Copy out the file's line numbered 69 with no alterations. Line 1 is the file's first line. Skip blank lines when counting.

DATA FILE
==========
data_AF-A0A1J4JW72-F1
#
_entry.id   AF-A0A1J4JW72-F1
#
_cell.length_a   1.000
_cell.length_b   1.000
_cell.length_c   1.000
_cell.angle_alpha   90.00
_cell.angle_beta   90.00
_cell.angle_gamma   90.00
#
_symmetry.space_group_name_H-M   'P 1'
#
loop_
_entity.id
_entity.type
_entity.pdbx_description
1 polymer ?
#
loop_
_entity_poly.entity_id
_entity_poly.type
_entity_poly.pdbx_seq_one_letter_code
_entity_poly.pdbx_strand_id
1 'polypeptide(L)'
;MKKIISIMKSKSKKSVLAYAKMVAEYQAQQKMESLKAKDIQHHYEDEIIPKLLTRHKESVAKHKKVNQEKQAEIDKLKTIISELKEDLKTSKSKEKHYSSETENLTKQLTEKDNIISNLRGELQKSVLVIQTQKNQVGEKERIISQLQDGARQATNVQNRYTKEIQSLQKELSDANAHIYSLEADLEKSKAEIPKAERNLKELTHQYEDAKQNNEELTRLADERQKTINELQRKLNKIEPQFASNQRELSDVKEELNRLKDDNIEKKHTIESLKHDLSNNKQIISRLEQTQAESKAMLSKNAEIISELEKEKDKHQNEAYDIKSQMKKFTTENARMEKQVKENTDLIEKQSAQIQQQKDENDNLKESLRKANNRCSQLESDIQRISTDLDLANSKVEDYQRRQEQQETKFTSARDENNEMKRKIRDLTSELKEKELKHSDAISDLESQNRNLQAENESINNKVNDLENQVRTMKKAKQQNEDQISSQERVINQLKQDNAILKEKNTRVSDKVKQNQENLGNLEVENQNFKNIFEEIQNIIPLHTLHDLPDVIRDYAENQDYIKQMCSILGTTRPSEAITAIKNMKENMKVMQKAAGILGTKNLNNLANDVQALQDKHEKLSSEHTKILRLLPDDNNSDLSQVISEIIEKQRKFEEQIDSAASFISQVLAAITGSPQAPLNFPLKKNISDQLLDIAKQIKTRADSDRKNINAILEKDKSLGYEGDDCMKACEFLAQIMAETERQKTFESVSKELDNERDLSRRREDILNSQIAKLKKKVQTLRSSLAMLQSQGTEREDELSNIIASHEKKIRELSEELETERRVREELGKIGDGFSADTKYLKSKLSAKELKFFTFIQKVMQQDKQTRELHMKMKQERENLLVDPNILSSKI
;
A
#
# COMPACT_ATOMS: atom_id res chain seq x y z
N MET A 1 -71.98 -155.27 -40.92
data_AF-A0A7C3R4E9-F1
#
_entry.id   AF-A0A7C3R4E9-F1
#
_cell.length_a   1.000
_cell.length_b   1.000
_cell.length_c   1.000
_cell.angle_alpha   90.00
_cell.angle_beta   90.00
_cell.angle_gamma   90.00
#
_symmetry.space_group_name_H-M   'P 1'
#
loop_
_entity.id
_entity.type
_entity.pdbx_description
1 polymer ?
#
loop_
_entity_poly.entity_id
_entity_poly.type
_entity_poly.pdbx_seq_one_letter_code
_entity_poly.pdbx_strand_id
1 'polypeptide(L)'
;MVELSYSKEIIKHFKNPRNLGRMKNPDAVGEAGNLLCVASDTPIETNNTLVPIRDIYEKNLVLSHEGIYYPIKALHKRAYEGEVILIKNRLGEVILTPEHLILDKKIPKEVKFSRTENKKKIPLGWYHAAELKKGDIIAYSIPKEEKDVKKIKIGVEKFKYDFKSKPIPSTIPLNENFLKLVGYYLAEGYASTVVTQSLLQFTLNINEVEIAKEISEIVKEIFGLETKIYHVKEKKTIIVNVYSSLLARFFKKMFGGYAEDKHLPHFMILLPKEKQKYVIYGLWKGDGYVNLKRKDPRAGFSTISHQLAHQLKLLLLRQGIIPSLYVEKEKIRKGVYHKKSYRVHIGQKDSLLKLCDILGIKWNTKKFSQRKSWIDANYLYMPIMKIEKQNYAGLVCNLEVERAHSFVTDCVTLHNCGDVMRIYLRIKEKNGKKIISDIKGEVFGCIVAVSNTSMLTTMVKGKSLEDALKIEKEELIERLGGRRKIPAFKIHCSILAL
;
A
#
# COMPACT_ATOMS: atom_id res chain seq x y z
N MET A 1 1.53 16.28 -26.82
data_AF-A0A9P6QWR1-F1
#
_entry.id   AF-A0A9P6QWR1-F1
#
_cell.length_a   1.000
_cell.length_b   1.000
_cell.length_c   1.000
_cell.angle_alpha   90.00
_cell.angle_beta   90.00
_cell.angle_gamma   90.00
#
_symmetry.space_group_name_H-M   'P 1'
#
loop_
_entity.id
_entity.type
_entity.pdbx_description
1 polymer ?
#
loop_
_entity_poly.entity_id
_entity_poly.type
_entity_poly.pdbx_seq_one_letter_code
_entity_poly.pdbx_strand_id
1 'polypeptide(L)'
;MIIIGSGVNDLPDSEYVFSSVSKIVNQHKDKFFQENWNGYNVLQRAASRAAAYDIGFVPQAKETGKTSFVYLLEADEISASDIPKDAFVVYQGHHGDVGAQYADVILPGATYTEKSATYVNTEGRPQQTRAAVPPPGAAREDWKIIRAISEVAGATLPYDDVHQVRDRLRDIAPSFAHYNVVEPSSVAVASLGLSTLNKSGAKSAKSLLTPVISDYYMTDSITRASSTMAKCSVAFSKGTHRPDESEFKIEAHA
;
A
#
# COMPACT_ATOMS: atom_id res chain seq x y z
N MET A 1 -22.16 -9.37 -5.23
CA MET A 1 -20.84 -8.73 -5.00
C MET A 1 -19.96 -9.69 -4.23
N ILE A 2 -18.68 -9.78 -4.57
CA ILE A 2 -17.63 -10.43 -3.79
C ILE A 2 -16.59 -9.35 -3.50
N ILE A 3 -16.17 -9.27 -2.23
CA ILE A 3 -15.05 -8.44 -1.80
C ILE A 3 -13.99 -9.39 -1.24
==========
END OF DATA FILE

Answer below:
_cell.length_c   1.000